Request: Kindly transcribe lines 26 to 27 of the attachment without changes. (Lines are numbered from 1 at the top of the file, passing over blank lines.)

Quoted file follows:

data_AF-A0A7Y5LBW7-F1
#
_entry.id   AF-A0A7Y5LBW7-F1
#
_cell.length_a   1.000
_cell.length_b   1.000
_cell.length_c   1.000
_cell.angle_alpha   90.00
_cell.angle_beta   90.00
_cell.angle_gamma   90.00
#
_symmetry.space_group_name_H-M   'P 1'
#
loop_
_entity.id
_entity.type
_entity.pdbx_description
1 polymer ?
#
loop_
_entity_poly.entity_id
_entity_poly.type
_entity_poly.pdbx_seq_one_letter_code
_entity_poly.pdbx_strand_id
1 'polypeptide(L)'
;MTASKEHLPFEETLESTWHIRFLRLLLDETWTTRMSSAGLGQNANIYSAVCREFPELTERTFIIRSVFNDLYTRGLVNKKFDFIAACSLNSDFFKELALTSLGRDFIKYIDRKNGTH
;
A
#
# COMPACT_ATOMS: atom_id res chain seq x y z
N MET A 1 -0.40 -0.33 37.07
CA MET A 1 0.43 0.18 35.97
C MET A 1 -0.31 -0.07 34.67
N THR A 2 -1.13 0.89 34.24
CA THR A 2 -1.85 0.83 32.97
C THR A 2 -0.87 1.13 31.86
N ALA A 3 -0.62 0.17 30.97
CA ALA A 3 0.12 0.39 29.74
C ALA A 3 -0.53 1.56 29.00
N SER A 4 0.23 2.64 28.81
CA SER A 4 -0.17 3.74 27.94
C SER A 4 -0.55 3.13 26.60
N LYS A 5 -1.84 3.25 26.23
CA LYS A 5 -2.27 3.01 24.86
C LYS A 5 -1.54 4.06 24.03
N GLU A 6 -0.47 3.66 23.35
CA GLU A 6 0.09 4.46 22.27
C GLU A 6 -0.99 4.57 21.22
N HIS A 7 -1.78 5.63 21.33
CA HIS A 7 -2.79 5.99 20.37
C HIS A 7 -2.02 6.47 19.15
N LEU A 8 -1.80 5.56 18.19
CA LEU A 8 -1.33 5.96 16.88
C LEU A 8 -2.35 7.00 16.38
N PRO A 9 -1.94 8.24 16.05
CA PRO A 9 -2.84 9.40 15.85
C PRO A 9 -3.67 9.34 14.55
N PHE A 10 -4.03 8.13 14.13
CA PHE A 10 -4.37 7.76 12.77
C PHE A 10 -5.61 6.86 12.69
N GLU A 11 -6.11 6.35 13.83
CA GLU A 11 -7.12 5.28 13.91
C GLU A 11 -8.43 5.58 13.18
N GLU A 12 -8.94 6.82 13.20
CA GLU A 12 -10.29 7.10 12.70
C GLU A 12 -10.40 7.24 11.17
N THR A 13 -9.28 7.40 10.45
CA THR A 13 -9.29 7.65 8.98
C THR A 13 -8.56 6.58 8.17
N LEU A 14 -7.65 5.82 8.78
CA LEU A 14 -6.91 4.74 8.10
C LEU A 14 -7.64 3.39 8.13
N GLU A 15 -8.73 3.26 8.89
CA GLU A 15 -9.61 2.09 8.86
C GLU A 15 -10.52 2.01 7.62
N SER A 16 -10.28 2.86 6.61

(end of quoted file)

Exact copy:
;MTASKEHLPFEETLESTWHIRFLRLLLDETWTTRMSSAGLGQNANIYSAVCREFPELTERTFIIRSVFNDLYTRGLVNKKFDFIAACSLNSDFFKELALTSLGRDFIKYIDRKNGTH
;